Nature for sale

Nature for sale

Date: 22 November 2013

Nature is up for sale! If you’re quick you might just get a good price on a piece of Scottish wilderness, as the World Development has listed Loch Ness for sale on the auction site eBay. We also tried to sell Ben Nevis, but for some reason eBay removed the listing. If you miss the auction, not to worry, just head down to the World Forum on Natural Capital taking place this week in Edinburgh. At this UN-hosted conference, governments, corporations and some conservationists are continuing their discussions on putting a price on nature.

With twin global crises – environmental and economic – there is fierce debate over how to tackle both these problems. The approach being pushed by this conference will contribute to deepening the environmental and economic crises.

Let’s take these in turn. First, the environment – the life source that we all depend upon for our existence, and that we should have equal rights to and responsibilities over – is in crisis. We have witnessed this in a horrifying way with the extreme weather in the Philippines this month, and we see it on a daily basis as more nature is trashed and biodiversity lost.

At the World Forum on Natural Capital, the plan is to ‘value’ nature in order to better conserve it. The idea of natural capital is well illustrated by the forum’s infographic, showing the relative value of trees cut down for wood to trees left standing, and therefore absorbing carbon dioxide, providing shelter, storm protection, etc. Sounds quite good and sensible in theory.

But the evidence demonstrates that in practice this approach doesn’t work. It has already been tried in relation to forests through the UN’s controversial Reducing Emissions from Deforestation and Forest Degradation programme (REDD). The idea here is that if the carbon stored in forests is valued and quantified, forests will be seen as more valuable standing than they would be cut down, and so governments, companies or forest owners should be paid for keeping their forests instead of destroying them.

The problems with REDD are numerous and complicated. They include the fact that deforesters can just move elsewhere to a different forest, or a different part of the same forest. There are problems with measuring how much carbon is stored, problems with predicting what would have happened to the trees in the absence of REDD, and problems associated with ‘conservation’ versus the rights of indigenous peoples to sustainably use the forests. And of course, there are questions about how to finance all of this.

One idea is to use carbon markets to finance REDD – polluters could buy some ‘carbon credits’ from communities or countries that do not cut down their forests. But the carbon market is another example of a failed ‘valuing nature’ scheme: it has not significantly reduced greenhouse gas emissions. In the EU Emissions Trading Scheme, for example, the cap on emissions was set at such a lenient level that companies have had little incentive to reduce emissions at all. Instead, all that has happened is that firms in rich industrialised countries have ‘offset’ their emissions by purchasing cheap credits from developing countries, and carbon trading has served to lock in high emissions activities.

A lot of money has been made, however, as energy companies profit from selling carbon permits that they were allocated but don’t need, and as finance companies profit from trading financial products based on carbon markets. This is potentially such a serious problem that we could well be heading for a carbon bubble that will precipitate our next financial crisis.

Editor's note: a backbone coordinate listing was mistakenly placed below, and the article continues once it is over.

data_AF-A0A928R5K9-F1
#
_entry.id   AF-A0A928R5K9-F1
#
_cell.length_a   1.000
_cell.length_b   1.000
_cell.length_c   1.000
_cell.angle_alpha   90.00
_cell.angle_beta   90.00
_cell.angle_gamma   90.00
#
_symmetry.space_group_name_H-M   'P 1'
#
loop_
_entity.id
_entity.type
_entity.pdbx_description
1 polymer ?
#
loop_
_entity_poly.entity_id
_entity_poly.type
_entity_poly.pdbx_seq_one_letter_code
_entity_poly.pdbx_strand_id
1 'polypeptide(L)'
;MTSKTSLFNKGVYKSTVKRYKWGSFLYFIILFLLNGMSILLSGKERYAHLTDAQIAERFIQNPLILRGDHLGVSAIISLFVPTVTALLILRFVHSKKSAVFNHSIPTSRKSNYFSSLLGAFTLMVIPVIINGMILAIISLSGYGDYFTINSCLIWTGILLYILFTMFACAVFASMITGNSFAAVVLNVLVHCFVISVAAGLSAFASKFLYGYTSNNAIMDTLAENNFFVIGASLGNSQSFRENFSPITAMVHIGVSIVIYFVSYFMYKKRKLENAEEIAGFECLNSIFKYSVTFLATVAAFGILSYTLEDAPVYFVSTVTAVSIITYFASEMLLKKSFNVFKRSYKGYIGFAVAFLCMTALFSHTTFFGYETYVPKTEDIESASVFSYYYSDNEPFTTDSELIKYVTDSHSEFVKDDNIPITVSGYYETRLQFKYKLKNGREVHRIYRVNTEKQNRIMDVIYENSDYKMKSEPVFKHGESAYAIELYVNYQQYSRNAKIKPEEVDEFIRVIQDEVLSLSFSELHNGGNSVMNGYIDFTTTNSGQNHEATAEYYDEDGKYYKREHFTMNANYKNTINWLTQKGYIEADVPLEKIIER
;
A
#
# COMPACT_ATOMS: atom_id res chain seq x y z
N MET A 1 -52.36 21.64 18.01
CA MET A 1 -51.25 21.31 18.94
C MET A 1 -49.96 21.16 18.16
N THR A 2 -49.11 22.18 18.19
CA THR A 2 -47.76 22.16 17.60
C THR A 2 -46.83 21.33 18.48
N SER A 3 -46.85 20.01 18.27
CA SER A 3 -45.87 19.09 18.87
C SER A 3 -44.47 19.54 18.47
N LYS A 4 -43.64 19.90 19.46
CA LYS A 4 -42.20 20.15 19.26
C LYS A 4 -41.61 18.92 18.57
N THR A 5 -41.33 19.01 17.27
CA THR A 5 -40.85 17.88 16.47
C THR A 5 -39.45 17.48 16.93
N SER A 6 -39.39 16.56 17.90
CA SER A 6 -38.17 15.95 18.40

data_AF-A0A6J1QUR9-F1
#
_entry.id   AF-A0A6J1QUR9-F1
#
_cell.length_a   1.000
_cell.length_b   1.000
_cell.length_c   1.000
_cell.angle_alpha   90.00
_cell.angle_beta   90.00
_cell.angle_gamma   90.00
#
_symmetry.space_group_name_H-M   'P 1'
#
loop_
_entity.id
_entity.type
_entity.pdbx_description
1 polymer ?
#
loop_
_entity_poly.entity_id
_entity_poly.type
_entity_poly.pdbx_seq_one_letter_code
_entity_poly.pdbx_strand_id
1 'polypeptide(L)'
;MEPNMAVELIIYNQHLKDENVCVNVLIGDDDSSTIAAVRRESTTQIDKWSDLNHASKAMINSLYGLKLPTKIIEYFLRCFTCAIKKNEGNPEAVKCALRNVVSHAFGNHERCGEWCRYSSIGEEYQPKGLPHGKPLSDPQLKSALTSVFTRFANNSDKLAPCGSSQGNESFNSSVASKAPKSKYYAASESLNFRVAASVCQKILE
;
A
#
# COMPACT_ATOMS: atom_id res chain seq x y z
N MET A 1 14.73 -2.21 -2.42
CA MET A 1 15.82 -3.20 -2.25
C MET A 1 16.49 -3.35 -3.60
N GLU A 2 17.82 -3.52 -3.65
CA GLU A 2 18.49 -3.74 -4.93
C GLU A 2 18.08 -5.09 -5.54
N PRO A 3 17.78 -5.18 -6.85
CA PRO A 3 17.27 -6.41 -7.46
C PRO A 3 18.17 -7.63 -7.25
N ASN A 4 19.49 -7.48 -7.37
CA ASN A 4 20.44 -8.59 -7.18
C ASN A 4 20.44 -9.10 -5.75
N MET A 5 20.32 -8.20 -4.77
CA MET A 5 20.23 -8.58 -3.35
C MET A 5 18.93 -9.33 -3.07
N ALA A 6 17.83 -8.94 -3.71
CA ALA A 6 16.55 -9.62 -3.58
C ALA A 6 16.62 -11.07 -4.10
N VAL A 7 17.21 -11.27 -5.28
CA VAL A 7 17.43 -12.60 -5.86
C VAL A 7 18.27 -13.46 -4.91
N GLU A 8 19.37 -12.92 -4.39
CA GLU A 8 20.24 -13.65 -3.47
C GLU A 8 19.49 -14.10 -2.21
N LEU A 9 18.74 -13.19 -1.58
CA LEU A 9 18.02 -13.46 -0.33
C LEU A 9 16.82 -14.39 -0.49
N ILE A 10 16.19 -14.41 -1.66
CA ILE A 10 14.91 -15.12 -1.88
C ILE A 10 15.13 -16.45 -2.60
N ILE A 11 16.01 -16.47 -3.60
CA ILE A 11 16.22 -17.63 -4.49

The financial crisis of 2007-8 was created in part by the finance sector. In a completely counter-intuitive response to this crisis, as well as bailing out the banks, governments are enabling the financial sector to penetrate even more deeply into the economy.

To continue this expansion, financial markets need new underlying or real markets. Finance has already penetrated into pensions, health services, education and commodities. Next stop: the global commons. Where markets do not yet exist, nature (called by financiers ‘natural resources’ or ‘ecosystem services’) will have to be traded so that new commodities and markets can emerge. New markets in forests, water and biodiversity could be worth trillions of dollars. And the first step to creating markets in nature? Ascribing it a value. Sadly, this is the step being taken by participants at the World Forum on Natural capital this week.

This process – value nature, then trade it, then create financial markets on the back of this trade – is a big project with many tentacles. Its impacts will be deep and wide. It will increase economic injustice and further remove people’s control over their food, water, energy and air. It will channel money and resources away from the poorest and into the pockets of the richest. It will put natural resource management into the hands of financial markets for years to come, and drastically shrink the political space for social movements reclaiming the commons as the basis of their livelihoods.

So instead of valuing nature, let’s talk about power and responsibility. Let’s talk about tried and tested measures. We need regulation to rein in the power of big companies and the finance sector and to force them to operate in an environmentally and economically sustainable way. We need positive measures like taxation, subsidies for good technologies, investment in research and development. And even more than this we need to assert our control – control over our energy, over the land that supports us, over the economic factors that shape our lives – through securing positive alternatives like food sovereignty and energy justice.

These ideas were also discussed at a counter conference to the natural capital forum: the Forum on Natural Commons held in Edinburgh yesterday evening. Nature, after all, is not for sale.